Jury impressed by the professor’s transdisciplinary sustainability research

Melanie Jaeger-Erben Wins Transformative Science Research Prize

29.9.2019

The Transformative Science research prize, endowed with 25,000 euros, has now been offered three times by the Wuppertal Institute and the Zempelin Foundation in the Donors’ Association for the Promotion of Humanities and Sciences in Germany (Stifterverband). This year’s winner is Prof. Dr. Melanie Jaeger-Erben, Head of Transdisciplinary Sustainability Research in Electronics at TU Berlin. The jury was impressed by her transdisciplinary profile, along with her scientific work at the interface between politics and society. The award ceremony will take place on 17 March 2020 as part of the Darmstadt "Tage der Transformation" (Transformation Days) at the Schader Forum.

The Obsolescence junior research group
© Fraunhofer IZM

The Obsolescence junior research group (from left): Prof. Dr. Melanie Jaeger-Erben, Dr. Janis Winzer (co-head), Tamina Hipp, Eduard Wagner, Marina Proske, Christian Dickenhorst, Florian Hofmann and Dr. Max Marwede (not shown: Erik Poppe).

Prof. Dr. Melanie Jaeger-Erben is this year’s winner of the Transformative Science research prize.
© Fraunhofer IZM

Prof. Dr. Melanie Jaeger-Erben is this year’s winner of the Transformative Science research prize.

Wuppertal, 23 September 2019: In transformative science, inter- and transdisciplinary methods are used to spark and scientifically support social impetus and engage civil society. This year’s research prize focused on the people and research teams whose scientific work has influenced processes of social change and who can be expected to continue their outstanding transformative research in the future as well.

Professor Melanie Jaeger-Erben convinced the jury with her impressive inter- and transdisciplinary profile, her academic track record to date and her ability to apply innovative transdisciplinary methods to the latest sustainability research topics. She has been named the winner of this year’s 25,000-euro Transformative Science research prize.
Pleased to have had her work recognised in this way, Melanie Jaeger-Erben commented, “I will probably use the prize money to intensify our work on an effective public platform aimed at promoting the idea of a transformative and inclusive circular society.”

About the winner

Melanie Jaeger-Erben has been Head of Transdisciplinary Sustainability Research in Electronics at TU Berlin since June 2019. Her work focuses on consumption and social science technology research as well as social innovation and change. She is particularly involved in devising strategies for promoting sustainable production and consumption systems. She has led the junior research group on Obsolescence as a Challenge for Sustainability at TU Berlin since July 2016. The group’s work is focused on examining the phenomenon of obsolescence from social, economic, engineering and legal perspectives. As the throwaway culture associated with excessively short lifespans for electronic devices causes serious social and ecological harm, the junior research group of TU Berlin and the Fraunhofer Institute for Reliability and Microintegration (IZM) is working under Prof. Dr. Melanie Jaeger-Erben’s lead to develop strategies designed to promote more sustainable production and consumption.

The scientist studied psychology and sociology at the Universities of Göttingen and Uppsala (Sweden) and completed postgraduate studies in qualitative social and educational research methods at the University of Magdeburg. She obtained her doctorate in sociology at TU Berlin in 2010. As an expert advisor to Ellen Matthies, Melanie Jaeger-Erben was part of the scientific staff for the German Advisory Council on Global Change (WBGU) from 2013 to 2016.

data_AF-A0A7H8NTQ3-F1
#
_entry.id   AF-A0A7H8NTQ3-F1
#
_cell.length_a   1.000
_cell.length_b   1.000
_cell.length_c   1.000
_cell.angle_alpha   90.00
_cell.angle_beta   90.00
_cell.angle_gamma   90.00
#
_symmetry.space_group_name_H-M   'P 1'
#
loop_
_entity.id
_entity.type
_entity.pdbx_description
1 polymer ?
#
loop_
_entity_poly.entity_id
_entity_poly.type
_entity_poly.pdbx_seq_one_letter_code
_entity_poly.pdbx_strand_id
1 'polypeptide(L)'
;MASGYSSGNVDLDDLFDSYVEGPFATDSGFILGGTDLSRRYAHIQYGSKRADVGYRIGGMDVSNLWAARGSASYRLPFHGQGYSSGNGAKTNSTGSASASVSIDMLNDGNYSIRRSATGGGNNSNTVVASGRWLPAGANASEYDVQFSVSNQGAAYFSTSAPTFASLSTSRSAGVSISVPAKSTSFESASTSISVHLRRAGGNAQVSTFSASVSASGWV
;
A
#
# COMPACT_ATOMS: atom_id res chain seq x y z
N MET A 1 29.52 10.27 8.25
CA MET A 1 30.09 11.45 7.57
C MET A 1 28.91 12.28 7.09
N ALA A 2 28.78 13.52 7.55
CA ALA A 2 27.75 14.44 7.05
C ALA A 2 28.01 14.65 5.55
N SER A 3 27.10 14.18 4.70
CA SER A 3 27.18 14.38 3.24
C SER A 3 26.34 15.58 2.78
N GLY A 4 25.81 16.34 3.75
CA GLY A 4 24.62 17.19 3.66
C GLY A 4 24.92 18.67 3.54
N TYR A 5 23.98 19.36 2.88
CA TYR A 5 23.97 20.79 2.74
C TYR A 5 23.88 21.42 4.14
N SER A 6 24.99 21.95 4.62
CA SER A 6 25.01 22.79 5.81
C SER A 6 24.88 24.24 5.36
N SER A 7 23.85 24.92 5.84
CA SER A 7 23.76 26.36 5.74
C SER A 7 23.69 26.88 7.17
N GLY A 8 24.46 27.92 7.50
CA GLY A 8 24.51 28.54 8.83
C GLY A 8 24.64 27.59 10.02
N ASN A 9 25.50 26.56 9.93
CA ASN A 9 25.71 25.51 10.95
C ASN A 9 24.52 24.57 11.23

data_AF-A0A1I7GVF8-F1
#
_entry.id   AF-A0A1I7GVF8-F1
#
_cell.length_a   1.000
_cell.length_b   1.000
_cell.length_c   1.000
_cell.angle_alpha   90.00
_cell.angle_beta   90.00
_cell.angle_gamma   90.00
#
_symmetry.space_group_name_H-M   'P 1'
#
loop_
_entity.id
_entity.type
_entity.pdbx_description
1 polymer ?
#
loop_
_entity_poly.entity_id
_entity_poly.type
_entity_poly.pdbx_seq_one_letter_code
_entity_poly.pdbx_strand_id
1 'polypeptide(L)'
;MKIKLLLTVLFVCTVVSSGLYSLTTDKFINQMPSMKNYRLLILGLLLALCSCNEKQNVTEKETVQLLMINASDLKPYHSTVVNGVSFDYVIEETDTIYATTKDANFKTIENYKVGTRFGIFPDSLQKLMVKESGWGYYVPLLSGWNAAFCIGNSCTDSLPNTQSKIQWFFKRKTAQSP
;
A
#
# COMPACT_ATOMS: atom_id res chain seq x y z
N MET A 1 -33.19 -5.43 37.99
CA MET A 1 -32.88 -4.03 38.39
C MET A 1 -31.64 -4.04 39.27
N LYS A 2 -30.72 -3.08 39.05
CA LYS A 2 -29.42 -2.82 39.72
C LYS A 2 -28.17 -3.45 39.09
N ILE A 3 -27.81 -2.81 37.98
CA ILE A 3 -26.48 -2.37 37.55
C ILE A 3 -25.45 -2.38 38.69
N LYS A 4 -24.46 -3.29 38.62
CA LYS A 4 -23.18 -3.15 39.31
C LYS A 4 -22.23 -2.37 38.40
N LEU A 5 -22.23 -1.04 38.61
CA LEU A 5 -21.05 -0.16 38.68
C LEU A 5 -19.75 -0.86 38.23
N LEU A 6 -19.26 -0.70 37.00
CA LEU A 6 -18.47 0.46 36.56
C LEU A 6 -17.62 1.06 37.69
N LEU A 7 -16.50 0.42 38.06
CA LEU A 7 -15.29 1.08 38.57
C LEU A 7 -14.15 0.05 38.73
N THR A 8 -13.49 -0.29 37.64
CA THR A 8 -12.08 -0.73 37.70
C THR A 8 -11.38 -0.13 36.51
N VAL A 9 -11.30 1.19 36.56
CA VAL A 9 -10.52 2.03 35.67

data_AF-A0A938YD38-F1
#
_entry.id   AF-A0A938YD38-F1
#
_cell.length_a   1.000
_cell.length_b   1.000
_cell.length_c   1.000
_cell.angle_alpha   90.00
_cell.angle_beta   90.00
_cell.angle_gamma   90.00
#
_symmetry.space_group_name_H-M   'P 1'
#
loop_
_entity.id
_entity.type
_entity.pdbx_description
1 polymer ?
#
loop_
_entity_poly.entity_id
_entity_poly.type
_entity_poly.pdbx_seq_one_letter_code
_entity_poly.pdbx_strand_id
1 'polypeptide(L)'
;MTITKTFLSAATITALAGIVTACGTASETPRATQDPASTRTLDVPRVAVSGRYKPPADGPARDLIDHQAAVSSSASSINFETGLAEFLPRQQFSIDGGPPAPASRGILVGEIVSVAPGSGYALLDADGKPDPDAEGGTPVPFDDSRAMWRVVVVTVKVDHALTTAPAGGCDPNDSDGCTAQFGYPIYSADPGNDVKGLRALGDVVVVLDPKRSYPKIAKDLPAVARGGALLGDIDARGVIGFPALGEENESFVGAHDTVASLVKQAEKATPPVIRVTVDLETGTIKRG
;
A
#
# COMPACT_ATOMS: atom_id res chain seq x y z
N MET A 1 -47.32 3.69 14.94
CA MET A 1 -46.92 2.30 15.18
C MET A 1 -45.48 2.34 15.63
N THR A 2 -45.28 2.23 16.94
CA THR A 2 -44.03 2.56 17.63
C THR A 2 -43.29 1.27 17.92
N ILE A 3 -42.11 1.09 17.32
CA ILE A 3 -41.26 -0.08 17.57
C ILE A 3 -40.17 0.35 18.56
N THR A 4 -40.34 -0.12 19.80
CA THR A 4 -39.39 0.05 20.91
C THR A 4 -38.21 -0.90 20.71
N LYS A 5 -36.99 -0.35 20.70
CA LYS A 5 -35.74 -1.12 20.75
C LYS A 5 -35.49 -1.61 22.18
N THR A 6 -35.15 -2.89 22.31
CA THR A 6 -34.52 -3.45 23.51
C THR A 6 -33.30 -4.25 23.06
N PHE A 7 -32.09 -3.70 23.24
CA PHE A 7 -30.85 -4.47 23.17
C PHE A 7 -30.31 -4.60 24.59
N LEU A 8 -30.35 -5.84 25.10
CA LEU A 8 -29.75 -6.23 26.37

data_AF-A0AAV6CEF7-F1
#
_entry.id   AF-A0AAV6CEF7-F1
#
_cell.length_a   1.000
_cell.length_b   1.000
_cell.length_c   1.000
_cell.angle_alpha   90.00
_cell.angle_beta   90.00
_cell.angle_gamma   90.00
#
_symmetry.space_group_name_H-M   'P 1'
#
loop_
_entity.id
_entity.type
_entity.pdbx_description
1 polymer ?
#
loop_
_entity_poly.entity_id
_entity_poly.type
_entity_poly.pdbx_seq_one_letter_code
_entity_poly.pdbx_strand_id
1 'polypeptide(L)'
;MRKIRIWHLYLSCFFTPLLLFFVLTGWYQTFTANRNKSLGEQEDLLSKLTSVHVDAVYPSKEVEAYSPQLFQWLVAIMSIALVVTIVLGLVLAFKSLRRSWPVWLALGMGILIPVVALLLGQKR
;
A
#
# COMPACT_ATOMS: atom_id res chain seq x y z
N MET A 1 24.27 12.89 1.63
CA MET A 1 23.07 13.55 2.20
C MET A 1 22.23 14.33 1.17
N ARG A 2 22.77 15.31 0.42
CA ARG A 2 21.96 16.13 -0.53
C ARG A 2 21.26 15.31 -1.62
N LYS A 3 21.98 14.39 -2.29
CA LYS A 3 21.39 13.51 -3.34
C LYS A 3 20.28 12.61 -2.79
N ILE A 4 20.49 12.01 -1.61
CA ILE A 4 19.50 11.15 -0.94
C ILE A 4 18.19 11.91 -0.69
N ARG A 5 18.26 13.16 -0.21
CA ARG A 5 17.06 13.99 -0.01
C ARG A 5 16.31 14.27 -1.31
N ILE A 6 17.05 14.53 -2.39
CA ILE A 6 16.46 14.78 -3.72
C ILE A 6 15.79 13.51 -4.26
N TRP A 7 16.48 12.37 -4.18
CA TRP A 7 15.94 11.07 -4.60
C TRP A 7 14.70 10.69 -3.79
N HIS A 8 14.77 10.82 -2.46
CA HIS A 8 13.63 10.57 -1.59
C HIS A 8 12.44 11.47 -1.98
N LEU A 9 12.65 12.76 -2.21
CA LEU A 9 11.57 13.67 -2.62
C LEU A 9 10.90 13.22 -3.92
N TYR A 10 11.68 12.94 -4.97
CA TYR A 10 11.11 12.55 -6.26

In addition to the 25,000-euro prize money, the winner also receives a sculpture forged from the steel rails of the Wuppertal suspension railway – the Schwebebahn – constructed in 1898.
© Wuppertal Institute/S. Michaelis

In addition to the 25,000-euro prize money, the winner also receives a sculpture forged from the steel rails of the Wuppertal suspension railway – the Schwebebahn – constructed in 1898.

The seven jury members

 

  • Prof. Dr. Claudia Hornberg
    University of Bielefeld, Faculty of Health Sciences; Environment and Health
  • Prof. Dr. Heike Köckler
    Hochschule für Gesundheit (University of Applied Sciences), Dean of the Department of Community Health, Professor for Social Environment and Health
  • Prof. Dr. Jasmin Mantilla-Contreras
    University of Hildesheim, Institute of Biology and Chemistry; Ecology and Environmental Education
  • Prof. Dr. Wolfgang Marquardt
    Chairman of the Board of Directors of Forschungszentrum Jülich Research Centre
  • Dr. Volker Meyer-Guckel
    Donors’ Association for the Promotion of Humanities and Sciences in Germany (Stifterverband), Deputy Secretary-General and member of the executive board, Head of Programmes and Funding
  • Prof. Dr. Roland Scholz
    Danube University Krems, Chief Senior Scientist and visiting professor in the Department for Knowledge and Communication Management
  • Dr. Steffi Ober
    Initiator and Head of the Forschungswende civil society platform

About the research prize

The Transformative Science research prize focuses on all forms of research that inspire social impetus and promote social change, thereby engaging civil society. Transdisciplinary research design plays an important role in this process. The research prize is endowed with 25,000 euros. The money goes to support the winners in implementing their project ideas in the field of transformative science. In addition to the prize money, the winning team also receives a sculpture forged from the steel rails of the Wuppertal suspension railway – the Schwebebahn – constructed in 1898.